Periodic Baking, a new club at Occidental that aims to discuss the science behind baking, held its first meeting Feb. 13. Founded by co-presidents Lynn He (sophomore) and Charlotte Cullip (sophomore), the club intends to create an inclusive space to bake while expanding knowledge about chemistry and its correlation to baking in an approachable manner. The club members are currently using the Wylie kitchen for meetings, which are Monday nights 6–8 p.m., but hours may change after gauging the interest of new members. Meetings are open to all students.
The club recruited a total of 30 students at the Spring Involvement Fair; 15 attended the first meeting.
Club secretary Anne Marie Crooke (sophomore) recalled that baking with He, Cullip and treasurer Roshni Katrak-Adefowora (sophomore) served as inspiration for the club.
“All of our founding members enjoy chemistry, but we also love baking and experimenting with food, so Periodic Baking was a great way for the four of us to bring together a few of our interests and share them with the Oxy community,” Crooke said.
Realizing their shared enthusiasm for all things science and baked goods, they decided to take action. The first challenge was determining a name that encapsulated the executive board’s passion for science puns. The club was temporarily referred to as Baking Bad before members decided upon Periodic Baking. The club was then approved by the Office of Student Life (OSL) in the fall and received funding from Associated Students of Occidental College (ASOC). They plan to hold bake sales in the quad to raise additional funds. He discussed her excitement for the club.
“I am obsessed with baking and I’ve always wondered why we need baking soda versus baking powder, what makes a cake rise and how to make perfect macaroons,” He said. “Understanding the chemistry behind baking makes me a better baker because I can adjust the recipe to my taste.”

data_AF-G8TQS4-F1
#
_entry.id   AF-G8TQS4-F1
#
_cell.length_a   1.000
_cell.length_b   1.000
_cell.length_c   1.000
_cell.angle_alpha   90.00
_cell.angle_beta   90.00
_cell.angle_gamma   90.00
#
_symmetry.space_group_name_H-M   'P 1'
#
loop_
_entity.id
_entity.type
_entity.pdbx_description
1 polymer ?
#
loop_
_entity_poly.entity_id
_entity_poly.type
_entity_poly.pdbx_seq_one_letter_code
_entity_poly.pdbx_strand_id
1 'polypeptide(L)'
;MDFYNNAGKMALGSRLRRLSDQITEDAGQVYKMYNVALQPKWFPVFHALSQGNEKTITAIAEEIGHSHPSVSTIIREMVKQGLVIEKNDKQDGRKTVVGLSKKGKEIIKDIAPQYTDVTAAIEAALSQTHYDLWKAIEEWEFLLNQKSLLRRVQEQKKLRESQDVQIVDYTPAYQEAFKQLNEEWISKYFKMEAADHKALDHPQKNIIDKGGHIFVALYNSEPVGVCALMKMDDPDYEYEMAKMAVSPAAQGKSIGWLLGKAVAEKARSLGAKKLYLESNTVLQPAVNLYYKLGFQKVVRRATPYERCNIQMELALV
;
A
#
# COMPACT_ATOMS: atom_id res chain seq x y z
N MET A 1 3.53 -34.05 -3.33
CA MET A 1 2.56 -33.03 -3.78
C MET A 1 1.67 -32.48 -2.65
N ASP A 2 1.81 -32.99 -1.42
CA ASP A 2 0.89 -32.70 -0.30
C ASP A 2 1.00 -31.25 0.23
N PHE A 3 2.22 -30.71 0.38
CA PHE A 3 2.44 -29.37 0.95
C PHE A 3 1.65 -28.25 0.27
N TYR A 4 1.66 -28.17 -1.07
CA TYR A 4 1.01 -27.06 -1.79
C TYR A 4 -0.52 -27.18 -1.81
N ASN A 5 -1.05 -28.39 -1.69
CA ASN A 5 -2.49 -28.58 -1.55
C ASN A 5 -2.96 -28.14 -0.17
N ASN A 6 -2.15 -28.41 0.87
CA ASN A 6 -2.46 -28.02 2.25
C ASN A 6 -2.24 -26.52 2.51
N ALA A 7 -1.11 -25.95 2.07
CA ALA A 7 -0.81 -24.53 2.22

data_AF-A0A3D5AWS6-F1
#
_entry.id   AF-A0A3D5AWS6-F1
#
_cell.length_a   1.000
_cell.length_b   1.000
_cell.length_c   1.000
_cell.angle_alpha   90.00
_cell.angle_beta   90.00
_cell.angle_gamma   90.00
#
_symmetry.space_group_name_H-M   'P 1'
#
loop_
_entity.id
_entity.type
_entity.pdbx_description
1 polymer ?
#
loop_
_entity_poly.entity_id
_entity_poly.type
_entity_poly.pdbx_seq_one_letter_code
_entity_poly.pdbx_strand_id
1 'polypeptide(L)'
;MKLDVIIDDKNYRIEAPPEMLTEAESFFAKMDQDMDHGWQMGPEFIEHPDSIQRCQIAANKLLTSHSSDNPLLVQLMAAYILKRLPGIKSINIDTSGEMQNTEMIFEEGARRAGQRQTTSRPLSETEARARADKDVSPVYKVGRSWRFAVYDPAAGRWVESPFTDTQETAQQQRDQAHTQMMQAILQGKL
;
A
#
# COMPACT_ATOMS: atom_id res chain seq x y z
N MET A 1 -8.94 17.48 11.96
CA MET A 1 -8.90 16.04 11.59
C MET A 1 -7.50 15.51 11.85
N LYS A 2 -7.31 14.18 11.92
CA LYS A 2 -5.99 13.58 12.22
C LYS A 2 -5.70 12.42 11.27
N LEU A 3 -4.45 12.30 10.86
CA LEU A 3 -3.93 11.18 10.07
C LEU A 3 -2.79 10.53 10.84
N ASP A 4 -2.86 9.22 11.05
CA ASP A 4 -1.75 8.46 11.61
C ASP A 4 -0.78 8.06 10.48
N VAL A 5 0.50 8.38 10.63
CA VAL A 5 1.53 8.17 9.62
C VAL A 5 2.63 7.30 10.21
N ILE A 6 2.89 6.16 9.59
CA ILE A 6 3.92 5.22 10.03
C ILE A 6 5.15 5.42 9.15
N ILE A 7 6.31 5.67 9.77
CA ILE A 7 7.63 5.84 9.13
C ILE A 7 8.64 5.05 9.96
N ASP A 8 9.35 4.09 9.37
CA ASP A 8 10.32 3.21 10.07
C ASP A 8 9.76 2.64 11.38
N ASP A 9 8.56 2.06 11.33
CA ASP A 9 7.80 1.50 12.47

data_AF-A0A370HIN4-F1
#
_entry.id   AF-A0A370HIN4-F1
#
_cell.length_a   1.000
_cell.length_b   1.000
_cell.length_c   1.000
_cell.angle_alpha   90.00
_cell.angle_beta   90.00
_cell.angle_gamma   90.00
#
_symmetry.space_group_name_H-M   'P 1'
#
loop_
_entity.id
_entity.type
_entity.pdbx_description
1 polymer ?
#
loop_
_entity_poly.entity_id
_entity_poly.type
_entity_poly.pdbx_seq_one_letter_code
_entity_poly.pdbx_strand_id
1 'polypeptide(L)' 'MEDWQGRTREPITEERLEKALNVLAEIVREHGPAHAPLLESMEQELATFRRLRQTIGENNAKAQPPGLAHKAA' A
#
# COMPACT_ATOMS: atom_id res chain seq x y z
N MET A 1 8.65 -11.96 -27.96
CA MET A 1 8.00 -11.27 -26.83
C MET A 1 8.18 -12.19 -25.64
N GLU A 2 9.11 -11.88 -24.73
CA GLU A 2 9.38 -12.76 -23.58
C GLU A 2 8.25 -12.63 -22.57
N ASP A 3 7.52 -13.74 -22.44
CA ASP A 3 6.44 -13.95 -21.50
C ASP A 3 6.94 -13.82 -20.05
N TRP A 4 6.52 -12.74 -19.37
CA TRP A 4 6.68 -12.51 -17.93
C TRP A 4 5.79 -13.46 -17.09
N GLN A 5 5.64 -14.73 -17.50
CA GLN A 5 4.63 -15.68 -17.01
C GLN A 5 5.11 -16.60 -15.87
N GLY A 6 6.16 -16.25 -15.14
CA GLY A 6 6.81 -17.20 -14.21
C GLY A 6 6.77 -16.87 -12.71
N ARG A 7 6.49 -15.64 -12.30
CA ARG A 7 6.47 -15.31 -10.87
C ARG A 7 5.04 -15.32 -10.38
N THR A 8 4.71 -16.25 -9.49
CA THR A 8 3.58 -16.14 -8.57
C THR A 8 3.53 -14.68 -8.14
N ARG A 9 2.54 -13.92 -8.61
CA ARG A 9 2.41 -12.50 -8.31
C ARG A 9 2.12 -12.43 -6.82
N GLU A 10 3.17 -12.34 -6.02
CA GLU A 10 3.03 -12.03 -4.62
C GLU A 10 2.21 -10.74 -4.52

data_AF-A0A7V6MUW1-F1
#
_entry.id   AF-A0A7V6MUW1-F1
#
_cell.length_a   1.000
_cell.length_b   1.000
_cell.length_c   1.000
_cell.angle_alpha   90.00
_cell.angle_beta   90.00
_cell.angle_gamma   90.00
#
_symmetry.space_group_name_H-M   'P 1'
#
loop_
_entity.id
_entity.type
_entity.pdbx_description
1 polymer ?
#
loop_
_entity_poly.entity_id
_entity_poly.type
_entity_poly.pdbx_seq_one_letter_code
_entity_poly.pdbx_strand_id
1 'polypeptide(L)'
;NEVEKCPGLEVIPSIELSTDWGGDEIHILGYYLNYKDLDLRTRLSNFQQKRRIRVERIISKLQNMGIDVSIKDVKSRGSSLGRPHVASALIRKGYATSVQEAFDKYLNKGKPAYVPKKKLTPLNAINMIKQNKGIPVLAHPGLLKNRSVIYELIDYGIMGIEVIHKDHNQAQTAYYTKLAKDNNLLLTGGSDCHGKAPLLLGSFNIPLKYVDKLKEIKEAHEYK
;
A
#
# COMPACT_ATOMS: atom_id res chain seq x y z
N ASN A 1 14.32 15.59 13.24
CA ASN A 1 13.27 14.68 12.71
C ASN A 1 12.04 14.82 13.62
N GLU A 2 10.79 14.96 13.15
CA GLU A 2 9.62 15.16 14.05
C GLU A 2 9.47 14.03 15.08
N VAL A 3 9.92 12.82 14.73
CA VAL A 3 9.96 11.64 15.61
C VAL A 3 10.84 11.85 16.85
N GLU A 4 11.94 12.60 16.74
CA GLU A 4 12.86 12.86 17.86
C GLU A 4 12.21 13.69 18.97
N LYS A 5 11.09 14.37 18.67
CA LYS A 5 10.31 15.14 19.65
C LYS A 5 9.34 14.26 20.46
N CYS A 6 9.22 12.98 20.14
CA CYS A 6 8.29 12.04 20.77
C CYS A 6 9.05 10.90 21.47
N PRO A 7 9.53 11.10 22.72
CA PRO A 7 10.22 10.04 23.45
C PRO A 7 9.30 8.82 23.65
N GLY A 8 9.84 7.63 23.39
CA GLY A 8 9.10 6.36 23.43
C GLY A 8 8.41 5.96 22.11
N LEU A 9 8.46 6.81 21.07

The club members made chocolate covered strawberries for their inaugural meeting in the spirit of Valentine’s Day and have plans to combine baking and mathematics for Pi Day, March 14. They plan to collaborate with mathematics professors Gerald Daigle and Gregory Tollisen for a pi(e)-filled meeting that will be open to the entire campus.
The seven participants approached the process of chocolate covered strawberries with the precision and methodology of chemists. Club members used a double boiler over an oven top and engaged in the lengthy process of tempering their chocolate. The objective of tempering melting chocolate is to stabilize the various fatty acids found in cocoa butter, creating a smooth substance. This is a challenging feat since the disparate fatty acids melt at different temperatures. The Periodic Bakers overcame this scientific obstacle through the process of tempering by seeding, which consists of melting approximately 70 percent of the chocolate, and adding the remaining 30 percent once the first portion was a melted liquid. Cullip informed the group that there are extensive scientific papers about cocoa butter polymorphism.
While waiting for the chocolate to temper, Cullip and He presented a brief slide show, complete with graphs, diagrams and puns explaining the science of the process the group had just enacted. Afterward, the group spread tempered chocolate evenly over strawberries, which were completed with a white chocolate drizzle. Club member Emma Kovacs (sophomore) who attended the first meeting, commented on her reasons for joining Periodic Baking.
“I feel like it’s a really fun and innovative idea; it combines baking which lots of college students don’t have the opportunity to do, while exploring the scientific side and making it accessible,” Kovacs said.
The next meeting of the Periodic Baking club will be held March 14. All students are encouraged to attend and check out the club’s Facebook page for further information.